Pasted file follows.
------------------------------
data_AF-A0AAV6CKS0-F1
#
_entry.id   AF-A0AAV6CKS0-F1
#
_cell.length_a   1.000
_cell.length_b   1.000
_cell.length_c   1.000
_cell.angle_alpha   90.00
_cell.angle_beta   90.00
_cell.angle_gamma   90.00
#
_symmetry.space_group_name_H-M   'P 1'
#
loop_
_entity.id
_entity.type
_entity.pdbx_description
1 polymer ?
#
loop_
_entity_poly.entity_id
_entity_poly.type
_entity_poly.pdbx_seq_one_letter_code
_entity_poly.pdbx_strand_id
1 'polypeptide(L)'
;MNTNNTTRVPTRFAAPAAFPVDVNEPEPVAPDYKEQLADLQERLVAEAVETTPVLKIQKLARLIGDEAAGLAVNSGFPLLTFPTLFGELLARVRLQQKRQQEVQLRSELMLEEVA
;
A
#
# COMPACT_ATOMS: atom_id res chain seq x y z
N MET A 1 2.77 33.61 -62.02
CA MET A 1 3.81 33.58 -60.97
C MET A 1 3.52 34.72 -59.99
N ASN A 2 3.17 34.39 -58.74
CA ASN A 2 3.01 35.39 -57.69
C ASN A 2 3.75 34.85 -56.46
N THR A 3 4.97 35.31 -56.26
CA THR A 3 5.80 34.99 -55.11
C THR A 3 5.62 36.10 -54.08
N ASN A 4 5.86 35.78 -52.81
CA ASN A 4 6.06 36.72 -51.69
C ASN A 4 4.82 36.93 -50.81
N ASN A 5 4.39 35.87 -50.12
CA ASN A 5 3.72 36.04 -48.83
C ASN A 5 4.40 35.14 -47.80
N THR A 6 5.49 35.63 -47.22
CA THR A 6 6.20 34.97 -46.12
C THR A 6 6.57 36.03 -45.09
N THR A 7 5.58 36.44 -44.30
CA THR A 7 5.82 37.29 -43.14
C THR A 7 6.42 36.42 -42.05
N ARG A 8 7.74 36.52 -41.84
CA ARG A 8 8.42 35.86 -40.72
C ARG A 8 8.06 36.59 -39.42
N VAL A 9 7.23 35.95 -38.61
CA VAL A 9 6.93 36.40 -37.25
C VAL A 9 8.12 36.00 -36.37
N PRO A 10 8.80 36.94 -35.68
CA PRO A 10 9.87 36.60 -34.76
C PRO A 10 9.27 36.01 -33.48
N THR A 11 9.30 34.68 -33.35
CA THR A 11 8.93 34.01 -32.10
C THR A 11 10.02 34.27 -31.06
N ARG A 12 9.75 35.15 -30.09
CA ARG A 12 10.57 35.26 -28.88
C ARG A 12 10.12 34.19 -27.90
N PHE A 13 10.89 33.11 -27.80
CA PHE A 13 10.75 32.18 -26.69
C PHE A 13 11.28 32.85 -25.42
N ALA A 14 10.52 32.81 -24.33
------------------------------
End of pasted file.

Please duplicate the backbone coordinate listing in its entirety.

data_AF-A0AAV6CKS0-F1
#
_entry.id   AF-A0AAV6CKS0-F1
#
_cell.length_a   1.000
_cell.length_b   1.000
_cell.length_c   1.000
_cell.angle_alpha   90.00
_cell.angle_beta   90.00
_cell.angle_gamma   90.00
#
_symmetry.space_group_name_H-M   'P 1'
#
loop_
_entity.id
_entity.type
_entity.pdbx_description
1 polymer ?
#
loop_
_entity_poly.entity_id
_entity_poly.type
_entity_poly.pdbx_seq_one_letter_code
_entity_poly.pdbx_strand_id
1 'polypeptide(L)'
;MNTNNTTRVPTRFAAPAAFPVDVNEPEPVAPDYKEQLADLQERLVAEAVETTPVLKIQKLARLIGDEAAGLAVNSGFPLLTFPTLFGELLARVRLQQKRQQEVQLRSELMLEEVA
;
A
#
# COMPACT_ATOMS: atom_id res chain seq x y z
N MET A 1 2.77 33.61 -62.02
CA MET A 1 3.81 33.58 -60.97
C MET A 1 3.52 34.72 -59.99
N ASN A 2 3.17 34.39 -58.74
CA ASN A 2 3.01 35.39 -57.69
C ASN A 2 3.75 34.85 -56.46
N THR A 3 4.97 35.31 -56.26
CA THR A 3 5.80 34.99 -55.11
C THR A 3 5.62 36.10 -54.08
N ASN A 4 5.86 35.78 -52.81
CA ASN A 4 6.06 36.72 -51.69
C ASN A 4 4.82 36.93 -50.81
N ASN A 5 4.39 35.87 -50.12
CA ASN A 5 3.72 36.04 -48.83
C ASN A 5 4.40 35.14 -47.80
N THR A 6 5.49 35.63 -47.22
CA THR A 6 6.20 34.97 -46.12
C THR A 6 6.57 36.03 -45.09
N THR A 7 5.58 36.44 -44.30
CA THR A 7 5.82 37.29 -43.14
C THR A 7 6.42 36.42 -42.05
N ARG A 8 7.74 36.52 -41.84
CA ARG A 8 8.42 35.86 -40.72
C ARG A 8 8.06 36.59 -39.42
N VAL A 9 7.23 35.95 -38.61
CA VAL A 9 6.93 36.40 -37.25
C VAL A 9 8.12 36.00 -36.37
N PRO A 10 8.80 36.94 -35.68
CA PRO A 10 9.87 36.60 -34.76
C PRO A 10 9.27 36.01 -33.48
N THR A 11 9.30 34.68 -33.35
CA THR A 11 8.93 34.01 -32.10
C THR A 11 10.02 34.27 -31.06
N ARG A 12 9.75 35.15 -30.09
CA ARG A 12 10.57 35.26 -28.88
C ARG A 12 10.12 34.19 -27.90
N PHE A 13 10.89 33.11 -27.80
CA PHE A 13 10.75 32.18 -26.69
C PHE A 13 11.28 32.85 -25.42
N ALA A 14 10.52 32.81 -24.33